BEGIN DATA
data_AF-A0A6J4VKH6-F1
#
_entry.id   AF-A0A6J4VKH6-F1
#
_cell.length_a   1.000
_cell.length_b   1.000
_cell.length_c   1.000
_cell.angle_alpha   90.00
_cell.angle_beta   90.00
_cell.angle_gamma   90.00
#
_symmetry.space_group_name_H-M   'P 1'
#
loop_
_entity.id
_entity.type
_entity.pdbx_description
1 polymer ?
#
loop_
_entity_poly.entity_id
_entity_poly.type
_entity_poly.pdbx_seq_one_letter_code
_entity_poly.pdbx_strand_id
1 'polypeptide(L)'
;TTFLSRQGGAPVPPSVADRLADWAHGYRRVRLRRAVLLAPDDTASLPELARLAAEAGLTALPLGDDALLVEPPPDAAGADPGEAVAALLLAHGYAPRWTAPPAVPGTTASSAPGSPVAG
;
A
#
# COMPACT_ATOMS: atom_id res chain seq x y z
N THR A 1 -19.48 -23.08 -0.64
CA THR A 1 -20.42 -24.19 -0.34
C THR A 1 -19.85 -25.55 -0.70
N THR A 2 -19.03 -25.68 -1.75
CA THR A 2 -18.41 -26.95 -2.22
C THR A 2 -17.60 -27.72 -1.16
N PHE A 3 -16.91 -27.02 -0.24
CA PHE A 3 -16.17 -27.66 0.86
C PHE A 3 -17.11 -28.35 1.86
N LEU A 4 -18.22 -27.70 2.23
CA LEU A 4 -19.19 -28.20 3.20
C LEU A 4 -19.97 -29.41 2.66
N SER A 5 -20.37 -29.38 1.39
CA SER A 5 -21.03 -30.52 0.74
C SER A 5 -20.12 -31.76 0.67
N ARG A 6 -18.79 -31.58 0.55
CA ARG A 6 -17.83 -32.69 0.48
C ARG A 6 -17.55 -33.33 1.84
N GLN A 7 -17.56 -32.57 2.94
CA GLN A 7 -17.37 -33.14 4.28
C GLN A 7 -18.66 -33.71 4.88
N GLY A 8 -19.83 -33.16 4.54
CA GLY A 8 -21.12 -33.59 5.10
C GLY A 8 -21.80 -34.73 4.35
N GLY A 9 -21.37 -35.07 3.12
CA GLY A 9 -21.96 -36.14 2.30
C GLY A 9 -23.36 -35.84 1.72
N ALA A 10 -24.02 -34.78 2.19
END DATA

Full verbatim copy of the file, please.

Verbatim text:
data_AF-A0A6J4VKH6-F1
#
_entry.id   AF-A0A6J4VKH6-F1
#
_cell.length_a   1.000
_cell.length_b   1.000
_cell.length_c   1.000
_cell.angle_alpha   90.00
_cell.angle_beta   90.00
_cell.angle_gamma   90.00
#
_symmetry.space_group_name_H-M   'P 1'
#
loop_
_entity.id
_entity.type
_entity.pdbx_description
1 polymer ?
#
loop_
_entity_poly.entity_id
_entity_poly.type
_entity_poly.pdbx_seq_one_letter_code
_entity_poly.pdbx_strand_id
1 'polypeptide(L)'
;TTFLSRQGGAPVPPSVADRLADWAHGYRRVRLRRAVLLAPDDTASLPELARLAAEAGLTALPLGDDALLVEPPPDAAGADPGEAVAALLLAHGYAPRWTAPPAVPGTTASSAPGSPVAG
;
A
#
# COMPACT_ATOMS: atom_id res chain seq x y z
N THR A 1 -19.48 -23.08 -0.64
CA THR A 1 -20.42 -24.19 -0.34
C THR A 1 -19.85 -25.55 -0.70
N THR A 2 -19.03 -25.68 -1.75
CA THR A 2 -18.41 -26.95 -2.22
C THR A 2 -17.60 -27.72 -1.16
N PHE A 3 -16.91 -27.02 -0.24
CA PHE A 3 -16.17 -27.66 0.86
C PHE A 3 -17.11 -28.35 1.86
N LEU A 4 -18.22 -27.70 2.23
CA LEU A 4 -19.19 -28.20 3.20
C LEU A 4 -19.97 -29.41 2.66
N SER A 5 -20.37 -29.38 1.39
CA SER A 5 -21.03 -30.52 0.74
C SER A 5 -20.12 -31.76 0.67
N ARG A 6 -18.79 -31.58 0.55
CA ARG A 6 -17.83 -32.69 0.48
C ARG A 6 -17.55 -33.33 1.84
N GLN A 7 -17.56 -32.57 2.94
CA GLN A 7 -17.37 -33.14 4.28
C GLN A 7 -18.66 -33.71 4.88
N GLY A 8 -19.83 -33.16 4.54
CA GLY A 8 -21.12 -33.59 5.10
C GLY A 8 -21.80 -34.73 4.35
N GLY A 9 -21.37 -35.07 3.12
CA GLY A 9 -21.96 -36.14 2.30
C GLY A 9 -23.36 -35.84 1.72
N ALA A 10 -24.02 -34.78 2.19